After forays into the coming-of-age (The Obstacle Course) and PI (House of Smoke) genres, Freedman seems to have settled back, with last year’s Key Witness and this new novel, into the sort of rambunctious legal thriller that made his reputation with his debut, Against the Wind. That book has been his high water mark, critically and commercially, and his new novel is unlikely to match it, despite a powerful premise, exciting plotting both in and out of the courtroom and Freedman’s usual muscular prose. The opening here is immensely gripping: a teenage girl is apparently kidnapped from her Santa Barbara, Calif., bedroom during a slumber party, her wealthy family deals with the devastation of her disappearance, her body is found and, a year later, a hotshot TV newscaster is arrested for the killing. Freedman handles this sensitive material—obviously inspired by the real-life kidnap-slaying of Polly Klass—freshly and with appropriate gravity. He takes a turn toward the routine, however, when he introduces his hero, attorney Luke Garrison, whose very contrariness—he’s a former DA who has fled to the woods in shame over a past failure, who rides a hog and sports a goatee and a ruby stud in his ear—makes him just one more dashing antihero. Luke agrees to defend the newscaster, plunging himself and his hot-blooded girlfriend/assistant into an adrenalized investigation and trial full of false leads, twists and brushes with death, all of which Freedman handles skillfully, other than pointing a blatant finger at the dead girl’s father as the real culprit. So the ultimate unmasking of the killer comes as no big surprise, although Freedman’s lurid handling of it is surprising—and, some might say, exploitative, as this talented writer turns what begins as a worthy re-imagining of a brutal tragedy into a histrionic page-burner. Literary Guild, Doubleday Book Club and Mystery Guild selections.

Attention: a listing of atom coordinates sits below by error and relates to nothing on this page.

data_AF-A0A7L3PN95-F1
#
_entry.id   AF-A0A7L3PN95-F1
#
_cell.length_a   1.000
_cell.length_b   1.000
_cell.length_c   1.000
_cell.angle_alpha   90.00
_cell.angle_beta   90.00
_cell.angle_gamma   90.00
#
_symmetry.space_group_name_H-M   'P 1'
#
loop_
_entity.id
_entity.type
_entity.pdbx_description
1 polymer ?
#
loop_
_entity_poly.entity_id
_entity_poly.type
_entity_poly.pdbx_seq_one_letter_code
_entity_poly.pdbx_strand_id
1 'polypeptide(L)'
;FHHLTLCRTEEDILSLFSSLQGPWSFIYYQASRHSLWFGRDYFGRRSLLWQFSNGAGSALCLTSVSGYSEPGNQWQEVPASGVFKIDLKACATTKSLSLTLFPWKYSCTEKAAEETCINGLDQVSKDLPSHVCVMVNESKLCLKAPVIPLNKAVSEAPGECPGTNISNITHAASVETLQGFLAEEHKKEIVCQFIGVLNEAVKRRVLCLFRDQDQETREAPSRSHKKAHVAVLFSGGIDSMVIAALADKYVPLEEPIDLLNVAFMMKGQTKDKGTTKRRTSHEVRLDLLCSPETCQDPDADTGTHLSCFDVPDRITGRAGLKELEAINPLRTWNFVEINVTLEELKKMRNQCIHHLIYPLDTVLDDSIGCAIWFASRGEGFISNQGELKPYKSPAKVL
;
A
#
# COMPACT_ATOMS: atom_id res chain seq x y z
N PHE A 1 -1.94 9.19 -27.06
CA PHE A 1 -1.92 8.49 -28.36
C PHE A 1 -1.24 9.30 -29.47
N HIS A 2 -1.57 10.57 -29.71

—Publishers Weekly

After forays into the coming-of-age (The Obstacle Course) and PI (House of Smoke) genres, Freedman seems to have settled back, with last year’s Key Witness and this new novel, into the sort of rambunctious legal thriller that made his reputation with his debut, Against the Wind. That book has been his high water mark, critically and commercially, and his new novel is unlikely to match it, despite a powerful premise, exciting plotting both in and out of the courtroom and Freedman’s usual muscular prose. The opening here is immensely gripping: a teenage girl is apparently kidnapped from her Santa Barbara, Calif., bedroom during a slumber party, her wealthy family deals with the devastation of her disappearance, her body is found and, a year later, a hotshot TV newscaster is arrested for the killing. Freedman handles this sensitive material—obviously inspired by the real-life kidnap-slaying of Polly Klass—freshly and with appropriate gravity. He takes a turn toward the routine, however, when he introduces his hero, attorney Luke Garrison, whose very contrariness—he’s a former DA who has fled to the woods in shame over a past failure, who rides a hog and sports a goatee and a ruby stud in his ear—makes him just one more dashing antihero. Luke agrees to defend the newscaster, plunging himself and his hot-blooded girlfriend/assistant into an adrenalized investigation and trial full of false leads, twists and brushes with death, all of which Freedman handles skillfully, other than pointing a blatant finger at the dead girl’s father as the real culprit. So the ultimate unmasking of the killer comes as no big surprise, although Freedman’s lurid handling of it is surprising—and, some might say, exploitative, as this talented writer turns what begins as a worthy re-imagining of a brutal tragedy into a histrionic page-burner. Literary Guild, Doubleday Book Club and Mystery Guild selections.
—Kirkus

Excerpt

book excerpt